This has been quite the year of change for everybody. Certainly it has been here at The Post. When the pandemic hit and the lockdown was put in place, we made the decision to suspend print and rush out our new daily E format ahead of schedule.

At the time most of our staff was on commission. The federal government was announcing plans to effectively double state unemployment benefits, so a large number of our employees figured that they could make just as much at home on unemployment as they could make on commission in a pandemic, so they quit.

I wasn't prepared for that. Fortunately, our core that had been with us a long time stayed and helped us make this gigantic switch from weekly to daily. We are now producing more than 10 times as many pages a week as we were then with a much smaller crew! It has been a long hard slog that hasn't really ended yet. But it is about to.

Subscriptions are way up, over 50% higher than before the pandemic. Our software had a lot of glitches to work through because we had to launch in beta mode, but it is now getting better and better. Better navigation, reading windows and linking, and by next week we think we will have achieved automatic linking of phone numbers. It's funny how sometimes things work out if you keep your head down and keep moving forward.

We are processing over a hundred job applications and will begin hiring next week. This will really help us to handle the increased workload as the state – we all hope – can successfully open up. I have been overseeing the hiring process while Publisher Michael Trogdon is rebuilding our entire tech infrastructure. He is moving us to a cloud-based network that will allow our employees to continue to work from home even after things get moving again.

I still can't believe that we are actually in hiring mode already, especially considering the front page story we have today: 39 million unemployed in America. In the blink of an eye. In hindsight, if we hadn't made the sudden switch to the new E Post, we would likely be part of that terrible number.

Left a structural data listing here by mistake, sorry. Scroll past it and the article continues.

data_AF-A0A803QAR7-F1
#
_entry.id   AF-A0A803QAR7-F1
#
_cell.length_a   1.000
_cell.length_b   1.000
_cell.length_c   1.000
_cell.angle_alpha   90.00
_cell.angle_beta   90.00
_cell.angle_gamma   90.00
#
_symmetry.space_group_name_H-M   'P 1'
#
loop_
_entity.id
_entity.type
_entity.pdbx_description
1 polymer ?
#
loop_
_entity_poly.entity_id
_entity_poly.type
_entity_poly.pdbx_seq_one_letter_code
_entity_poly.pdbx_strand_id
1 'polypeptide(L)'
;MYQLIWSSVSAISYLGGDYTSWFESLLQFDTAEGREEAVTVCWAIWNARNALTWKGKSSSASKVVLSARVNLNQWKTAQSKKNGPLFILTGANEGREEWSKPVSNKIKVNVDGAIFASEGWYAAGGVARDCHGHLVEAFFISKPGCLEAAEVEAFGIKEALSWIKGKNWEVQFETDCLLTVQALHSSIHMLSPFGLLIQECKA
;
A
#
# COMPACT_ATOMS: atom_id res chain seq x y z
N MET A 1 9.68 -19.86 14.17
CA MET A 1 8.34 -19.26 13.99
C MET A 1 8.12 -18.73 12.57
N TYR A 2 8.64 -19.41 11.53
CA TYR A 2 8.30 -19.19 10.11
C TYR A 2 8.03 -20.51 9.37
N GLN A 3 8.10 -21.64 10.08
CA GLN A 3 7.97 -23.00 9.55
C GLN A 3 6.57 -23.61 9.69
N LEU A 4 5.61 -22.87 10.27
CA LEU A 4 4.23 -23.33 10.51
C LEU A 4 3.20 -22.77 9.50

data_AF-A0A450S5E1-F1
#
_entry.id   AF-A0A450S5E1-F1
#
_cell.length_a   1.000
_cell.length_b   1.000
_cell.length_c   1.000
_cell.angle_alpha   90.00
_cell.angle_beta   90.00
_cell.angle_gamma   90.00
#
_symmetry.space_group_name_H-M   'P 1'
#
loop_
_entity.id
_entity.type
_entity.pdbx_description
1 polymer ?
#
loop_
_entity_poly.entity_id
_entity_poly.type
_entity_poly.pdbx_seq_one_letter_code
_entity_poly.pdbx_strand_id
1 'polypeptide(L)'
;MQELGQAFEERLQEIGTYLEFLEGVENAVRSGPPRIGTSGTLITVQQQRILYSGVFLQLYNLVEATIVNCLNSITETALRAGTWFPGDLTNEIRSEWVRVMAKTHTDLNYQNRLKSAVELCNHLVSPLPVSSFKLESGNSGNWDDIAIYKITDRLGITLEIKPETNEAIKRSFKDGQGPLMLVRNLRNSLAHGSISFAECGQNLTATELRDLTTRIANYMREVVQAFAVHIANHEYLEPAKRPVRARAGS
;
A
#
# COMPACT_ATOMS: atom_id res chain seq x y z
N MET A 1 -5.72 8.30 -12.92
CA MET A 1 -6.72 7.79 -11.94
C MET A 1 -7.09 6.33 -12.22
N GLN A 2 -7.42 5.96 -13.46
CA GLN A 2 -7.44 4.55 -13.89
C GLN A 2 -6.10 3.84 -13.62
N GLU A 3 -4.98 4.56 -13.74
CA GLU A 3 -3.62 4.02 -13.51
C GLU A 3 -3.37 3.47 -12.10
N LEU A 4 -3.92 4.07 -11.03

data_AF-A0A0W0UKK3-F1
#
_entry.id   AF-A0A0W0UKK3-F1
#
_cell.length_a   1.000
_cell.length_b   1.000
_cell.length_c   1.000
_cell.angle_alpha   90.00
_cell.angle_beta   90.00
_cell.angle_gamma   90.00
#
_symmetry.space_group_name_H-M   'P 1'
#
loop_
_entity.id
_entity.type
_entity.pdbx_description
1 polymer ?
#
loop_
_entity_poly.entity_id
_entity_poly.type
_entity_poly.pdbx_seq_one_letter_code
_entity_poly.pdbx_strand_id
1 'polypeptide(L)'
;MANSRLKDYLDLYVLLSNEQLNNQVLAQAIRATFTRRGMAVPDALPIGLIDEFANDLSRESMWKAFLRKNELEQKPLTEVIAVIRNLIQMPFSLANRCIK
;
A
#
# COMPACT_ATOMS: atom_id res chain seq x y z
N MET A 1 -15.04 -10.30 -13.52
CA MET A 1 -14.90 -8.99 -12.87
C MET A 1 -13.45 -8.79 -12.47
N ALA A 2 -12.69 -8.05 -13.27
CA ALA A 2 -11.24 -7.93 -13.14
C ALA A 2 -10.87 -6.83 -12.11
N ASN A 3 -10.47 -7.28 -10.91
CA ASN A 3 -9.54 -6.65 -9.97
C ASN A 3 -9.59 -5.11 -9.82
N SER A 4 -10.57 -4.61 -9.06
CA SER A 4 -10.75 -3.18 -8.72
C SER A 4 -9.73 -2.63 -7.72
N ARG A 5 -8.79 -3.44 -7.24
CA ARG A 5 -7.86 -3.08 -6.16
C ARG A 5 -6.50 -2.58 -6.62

A lot of the things in our little company mirror the news in our paper today. We are launching what I think will be a great new section, Business and Finance. The many daily, high quality features from The Washington Post news service have really improved all of our sections. An added bonus is that this deal we made includes the Bloomberg News Service. They do really great with financial news.

"Business and Finance" debuts today. The feature story is about how all the big tech companies like Facebook are making the same move as we are to "work from home."

Another story in today's paper is about how the Senate GOP is figuring out how to get the unemployed back to work. The government took a big risk throwing so much money out so fast. It may have actually made unemployment worse by encouraging people not to work. That is a slippery slope and I think they underestimated how many people would jump to take it. Now the states are all broke and are making giant budget cuts. It's not sustainable.

As usual, we have a bunch of great columns today. I enjoyed the Local Guest Column from Beverly Jones, a consultant from Strongsville. She writes about something my wife and I have noticed: how interesting it is to see all these commentators and politicians like Joe Biden working from their homes.

Just like I really enjoy connecting the faces in our Street Talk (another record number of them are pictured today), it is fun to see the inside of these celebrity homes. You get an inside look at how they tick.

Speaking of how they tick, President Trump was in Michigan yesterday touring the Ford plant. We know the way he ticks: no mask. President Trump did not wear a mask when he toured the Michigan Ford plant, despite being asked to. Did he do this for himself or to inspire the nation to not be afraid? That is our Daily Post Reader Poll question for Friday.

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